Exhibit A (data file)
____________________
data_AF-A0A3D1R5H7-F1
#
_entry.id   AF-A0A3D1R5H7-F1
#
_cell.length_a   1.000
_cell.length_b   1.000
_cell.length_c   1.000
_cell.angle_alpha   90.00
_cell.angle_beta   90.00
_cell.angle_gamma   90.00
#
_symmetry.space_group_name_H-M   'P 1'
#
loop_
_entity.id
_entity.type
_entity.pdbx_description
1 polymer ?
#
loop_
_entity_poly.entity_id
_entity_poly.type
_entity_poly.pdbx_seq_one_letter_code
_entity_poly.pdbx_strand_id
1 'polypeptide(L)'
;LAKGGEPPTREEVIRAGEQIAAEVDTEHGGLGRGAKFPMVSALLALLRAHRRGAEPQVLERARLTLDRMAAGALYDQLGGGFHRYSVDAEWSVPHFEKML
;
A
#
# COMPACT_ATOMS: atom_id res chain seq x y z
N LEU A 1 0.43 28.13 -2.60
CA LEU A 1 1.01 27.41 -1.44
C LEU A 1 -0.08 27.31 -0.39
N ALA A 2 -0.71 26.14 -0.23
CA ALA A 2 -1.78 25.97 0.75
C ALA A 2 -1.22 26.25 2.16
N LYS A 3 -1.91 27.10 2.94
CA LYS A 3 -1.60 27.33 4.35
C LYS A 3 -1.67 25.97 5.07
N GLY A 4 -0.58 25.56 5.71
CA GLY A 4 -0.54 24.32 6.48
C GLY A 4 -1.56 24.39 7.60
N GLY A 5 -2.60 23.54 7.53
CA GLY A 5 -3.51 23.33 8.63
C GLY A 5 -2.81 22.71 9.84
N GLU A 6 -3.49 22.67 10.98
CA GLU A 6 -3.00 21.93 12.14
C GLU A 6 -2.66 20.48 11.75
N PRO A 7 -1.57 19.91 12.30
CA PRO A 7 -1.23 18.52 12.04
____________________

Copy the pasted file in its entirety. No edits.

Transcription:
data_AF-A0A3D1R5H7-F1
#
_entry.id   AF-A0A3D1R5H7-F1
#
_cell.length_a   1.000
_cell.length_b   1.000
_cell.length_c   1.000
_cell.angle_alpha   90.00
_cell.angle_beta   90.00
_cell.angle_gamma   90.00
#
_symmetry.space_group_name_H-M   'P 1'
#
loop_
_entity.id
_entity.type
_entity.pdbx_description
1 polymer ?
#
loop_
_entity_poly.entity_id
_entity_poly.type
_entity_poly.pdbx_seq_one_letter_code
_entity_poly.pdbx_strand_id
1 'polypeptide(L)'
;LAKGGEPPTREEVIRAGEQIAAEVDTEHGGLGRGAKFPMVSALLALLRAHRRGAEPQVLERARLTLDRMAAGALYDQLGGGFHRYSVDAEWSVPHFEKML
;
A
#
# COMPACT_ATOMS: atom_id res chain seq x y z
N LEU A 1 0.43 28.13 -2.60
CA LEU A 1 1.01 27.41 -1.44
C LEU A 1 -0.08 27.31 -0.39
N ALA A 2 -0.71 26.14 -0.23
CA ALA A 2 -1.78 25.97 0.75
C ALA A 2 -1.22 26.25 2.16
N LYS A 3 -1.91 27.10 2.94
CA LYS A 3 -1.60 27.33 4.35
C LYS A 3 -1.67 25.97 5.07
N GLY A 4 -0.58 25.56 5.71
CA GLY A 4 -0.54 24.32 6.48
C GLY A 4 -1.56 24.39 7.60
N GLY A 5 -2.60 23.54 7.53
CA GLY A 5 -3.51 23.33 8.63
C GLY A 5 -2.81 22.71 9.84
N GLU A 6 -3.49 22.67 10.98
CA GLU A 6 -3.00 21.93 12.14
C GLU A 6 -2.66 20.48 11.75
N PRO A 7 -1.57 19.91 12.30
CA PRO A 7 -1.23 18.52 12.04